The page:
Cottonwood Ridge Traverse

Everybody has their ups and downs. I had a whole lot of them the other day (Saturday, July 12,2014). My first UP started at 3:18am.

Jennilyn, my wife has been talking incessantly about doing the W.U.R.L. At the beginning of the year, she expressed her desire to have me join her on the first portion that makes up the Cottonwood Ridge Traverse. She felt like I would really enjoy it and that it would play to my strengths.

At 3:18am we (Jennilyn Eaton, Craig Lloyd, and I) found ourselves jogging from the Ferguson Canyon trailhead, heading up to the Storm Mountain Cirque. Because of W.U.R.L., we had to start there to summit the Broads Fork Twins instead of the usual approaches. Lucky enough, it allowed us to summit Storm Mountain (9,524') and an unnamed peak (10,350') before reaching the BF Twins.

Somewhere along the ridge-line before the BF Twins, we got to see the sunrise. Can it get any prettier?

From Ferguson Canyon to the BF Twins, along this ridge was nice and steep. I couldn't wait to get above 10,000' knowing that most of the climbing would be least the long consistent climbing.

I was elated to stand on the top of the East BF Twin (11,330'). Ever since I moved to Sandy, UT, the Twins have stared me down as I drive up 9,000 South everyday, making me think "I need to summit that." I finally got to conquer it and now when I see it, I think to myself, "I've summited that."

As a gear nerd, I was excited to borrow the Grivel Mago 15 Trail. Ever since it came out I've been itching to see how the single-shoulder running pack would handle. So I put it to the test on this peak-link-up.

The best part of this traverse was looking ahead and behind us. It was amazing to see the terrain we were about to cover and what we already covered. Some of the knife-blade-ridges looked intimidating, along with the steep scrambling sections. But they weren't that bad.

Following a long ridge is kind of easy in at least one aspect, and that is the fact that you always know your path of travel...just stay on the ridge. The only tricky thing was figuring out if we go left or right of some major obstacles like cliffs and pillars.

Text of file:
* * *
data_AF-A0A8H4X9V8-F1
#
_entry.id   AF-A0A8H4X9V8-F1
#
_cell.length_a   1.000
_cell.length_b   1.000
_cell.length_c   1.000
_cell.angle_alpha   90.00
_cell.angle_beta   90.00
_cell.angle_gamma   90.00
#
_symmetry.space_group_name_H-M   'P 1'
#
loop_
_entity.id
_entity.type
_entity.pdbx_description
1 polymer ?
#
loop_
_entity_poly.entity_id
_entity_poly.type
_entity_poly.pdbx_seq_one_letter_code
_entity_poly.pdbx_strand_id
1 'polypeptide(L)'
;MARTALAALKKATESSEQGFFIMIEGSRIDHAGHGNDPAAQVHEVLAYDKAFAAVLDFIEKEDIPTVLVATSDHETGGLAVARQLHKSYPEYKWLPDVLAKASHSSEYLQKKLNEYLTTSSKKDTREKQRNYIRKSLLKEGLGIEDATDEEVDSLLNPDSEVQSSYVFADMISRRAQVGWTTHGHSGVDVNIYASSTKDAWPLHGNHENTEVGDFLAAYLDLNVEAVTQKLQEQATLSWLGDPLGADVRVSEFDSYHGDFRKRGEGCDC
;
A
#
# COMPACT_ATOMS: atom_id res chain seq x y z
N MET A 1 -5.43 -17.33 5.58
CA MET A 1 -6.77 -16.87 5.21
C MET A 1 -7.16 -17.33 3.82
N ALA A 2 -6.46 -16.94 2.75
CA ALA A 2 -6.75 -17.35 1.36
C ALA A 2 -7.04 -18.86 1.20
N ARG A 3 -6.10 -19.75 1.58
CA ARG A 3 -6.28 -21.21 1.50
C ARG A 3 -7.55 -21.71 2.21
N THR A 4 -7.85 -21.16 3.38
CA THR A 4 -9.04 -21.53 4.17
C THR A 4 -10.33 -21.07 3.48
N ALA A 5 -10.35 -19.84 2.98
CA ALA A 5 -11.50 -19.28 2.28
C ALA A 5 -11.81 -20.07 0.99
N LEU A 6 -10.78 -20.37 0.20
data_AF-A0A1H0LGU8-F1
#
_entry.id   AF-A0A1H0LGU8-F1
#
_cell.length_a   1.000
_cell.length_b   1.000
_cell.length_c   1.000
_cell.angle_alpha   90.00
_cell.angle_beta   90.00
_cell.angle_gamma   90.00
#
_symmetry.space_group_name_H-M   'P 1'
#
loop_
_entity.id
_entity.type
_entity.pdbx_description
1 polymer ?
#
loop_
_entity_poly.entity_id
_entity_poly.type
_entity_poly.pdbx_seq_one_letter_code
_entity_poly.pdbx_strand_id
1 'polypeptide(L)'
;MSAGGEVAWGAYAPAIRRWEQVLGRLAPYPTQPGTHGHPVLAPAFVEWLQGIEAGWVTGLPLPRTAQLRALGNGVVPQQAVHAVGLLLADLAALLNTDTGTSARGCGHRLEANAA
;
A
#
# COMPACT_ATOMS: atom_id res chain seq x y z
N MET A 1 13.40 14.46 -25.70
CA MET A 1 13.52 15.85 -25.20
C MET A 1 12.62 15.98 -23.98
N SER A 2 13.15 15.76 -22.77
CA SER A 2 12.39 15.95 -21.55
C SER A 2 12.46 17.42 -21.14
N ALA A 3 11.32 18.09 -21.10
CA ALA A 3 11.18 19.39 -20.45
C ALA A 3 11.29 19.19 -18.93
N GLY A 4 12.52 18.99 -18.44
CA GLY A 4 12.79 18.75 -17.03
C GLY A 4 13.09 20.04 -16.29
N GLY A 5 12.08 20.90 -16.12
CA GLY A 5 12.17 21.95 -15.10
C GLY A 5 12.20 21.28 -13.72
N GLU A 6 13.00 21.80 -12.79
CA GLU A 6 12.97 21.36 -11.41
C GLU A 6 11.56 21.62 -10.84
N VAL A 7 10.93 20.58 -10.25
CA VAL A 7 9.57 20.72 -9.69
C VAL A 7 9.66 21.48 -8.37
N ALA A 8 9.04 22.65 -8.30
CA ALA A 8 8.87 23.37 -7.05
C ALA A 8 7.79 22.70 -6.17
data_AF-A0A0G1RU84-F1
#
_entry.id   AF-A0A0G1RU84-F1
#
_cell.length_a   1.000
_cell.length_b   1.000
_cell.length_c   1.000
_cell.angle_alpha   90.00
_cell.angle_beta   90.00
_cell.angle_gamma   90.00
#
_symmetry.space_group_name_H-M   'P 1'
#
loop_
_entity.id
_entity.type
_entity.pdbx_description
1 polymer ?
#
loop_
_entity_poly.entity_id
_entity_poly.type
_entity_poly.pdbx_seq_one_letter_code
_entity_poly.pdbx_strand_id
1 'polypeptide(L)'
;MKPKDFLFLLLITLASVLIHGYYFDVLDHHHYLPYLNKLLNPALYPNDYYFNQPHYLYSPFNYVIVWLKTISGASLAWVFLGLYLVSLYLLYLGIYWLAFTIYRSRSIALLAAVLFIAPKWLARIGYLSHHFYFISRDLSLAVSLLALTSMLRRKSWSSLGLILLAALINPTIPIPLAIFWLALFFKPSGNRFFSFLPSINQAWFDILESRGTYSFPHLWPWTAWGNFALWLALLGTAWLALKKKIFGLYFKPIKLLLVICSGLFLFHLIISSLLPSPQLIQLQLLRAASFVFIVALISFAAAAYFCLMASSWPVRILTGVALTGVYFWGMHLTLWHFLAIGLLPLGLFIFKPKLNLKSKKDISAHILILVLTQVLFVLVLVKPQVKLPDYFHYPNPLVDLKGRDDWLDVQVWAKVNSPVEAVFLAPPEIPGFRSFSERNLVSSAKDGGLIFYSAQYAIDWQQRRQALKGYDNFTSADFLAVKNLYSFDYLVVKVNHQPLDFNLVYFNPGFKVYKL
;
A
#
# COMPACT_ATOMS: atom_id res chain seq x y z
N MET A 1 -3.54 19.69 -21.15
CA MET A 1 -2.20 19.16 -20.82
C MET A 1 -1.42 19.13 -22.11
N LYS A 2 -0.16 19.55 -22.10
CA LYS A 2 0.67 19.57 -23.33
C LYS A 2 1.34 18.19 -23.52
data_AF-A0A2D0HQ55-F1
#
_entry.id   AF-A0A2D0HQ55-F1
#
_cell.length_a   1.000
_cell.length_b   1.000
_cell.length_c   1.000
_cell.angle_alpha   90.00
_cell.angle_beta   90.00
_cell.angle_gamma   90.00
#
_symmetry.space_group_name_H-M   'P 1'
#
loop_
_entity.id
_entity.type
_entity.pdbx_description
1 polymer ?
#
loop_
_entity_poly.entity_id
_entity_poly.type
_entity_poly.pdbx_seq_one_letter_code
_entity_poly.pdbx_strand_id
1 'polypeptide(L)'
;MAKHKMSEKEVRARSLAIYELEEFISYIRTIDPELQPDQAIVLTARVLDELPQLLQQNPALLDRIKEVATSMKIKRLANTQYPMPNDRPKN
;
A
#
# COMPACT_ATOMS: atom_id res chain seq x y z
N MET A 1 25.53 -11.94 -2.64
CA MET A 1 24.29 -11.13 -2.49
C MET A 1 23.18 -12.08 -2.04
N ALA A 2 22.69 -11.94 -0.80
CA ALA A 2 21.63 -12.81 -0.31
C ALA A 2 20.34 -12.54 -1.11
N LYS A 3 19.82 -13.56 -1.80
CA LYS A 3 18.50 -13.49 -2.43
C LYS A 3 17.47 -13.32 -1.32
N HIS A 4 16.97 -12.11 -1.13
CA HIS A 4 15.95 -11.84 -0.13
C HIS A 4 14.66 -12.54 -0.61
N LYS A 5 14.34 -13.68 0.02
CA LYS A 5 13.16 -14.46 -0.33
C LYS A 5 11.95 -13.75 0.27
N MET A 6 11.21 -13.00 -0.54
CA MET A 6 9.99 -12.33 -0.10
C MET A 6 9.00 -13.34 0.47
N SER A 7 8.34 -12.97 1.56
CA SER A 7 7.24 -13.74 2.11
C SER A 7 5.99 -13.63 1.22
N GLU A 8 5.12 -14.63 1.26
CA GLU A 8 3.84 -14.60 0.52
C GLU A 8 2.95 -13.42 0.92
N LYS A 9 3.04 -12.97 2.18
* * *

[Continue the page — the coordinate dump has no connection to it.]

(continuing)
Running the actual traverse is kind of hard when there is so much of this involved. I'd describe the traverse as a high-altitude-scramble-fest.

At the top of Dromedary (11,107') we had two unnamed peaks before hitting the lat two major peaks (Monte Cristo and Superior). The terrain between Dromedary and Monte Cristo seemed long but was pretty mellow.

For being a rock climber, the scramble up the west face of Monte Cristo was the best part of it all. It provided just enough exposure and vert to make you feel like you were doing something amazing.

At the top of Mount Superior, I felt accomplished. At that point I had summited ~10 peaks in 10 hours, with at least 7 of them being over 11,000'.

The Grivel Mago 15 Trail treated me well on the whole thing. The major benefit of having a single-shoulder pack is that you can quickly swing the pack to your front to access your stuff. Jennilyn and Craig had normal running vests/packs and always hesitated when it was time to get something out of their pack. The single-shoulder pack proved to be very convenient. I carried 2 liters of water, a rain jacket, small first aid kit, energy food, headlamp, thin gloves, sunglasses, and a buff in the Mago. Still had room for more. The pack did well with not bouncing around. I thought my right shoulder would be super sore after the trip was done, with all the weight sitting on one shoulder for so long. Besides a few shot moments along the ridge when my shoulder felt tired, the single-shoulder aspect didn't do any worse than a double-shoulder pack. That myth was least for me and my shoulders. My two critiques for this pack is that it needs a hydration-hose hole. It has the sleeve inside but no hole for the hose to come out. I had to have the hose come out the zipper. Second, the water bottle holder can be a bit flappy when running. It was great having a water bottle up front while speed-hiking and scrambling. While running, I'd advise to take the water bottle out to avoid the flapping effect.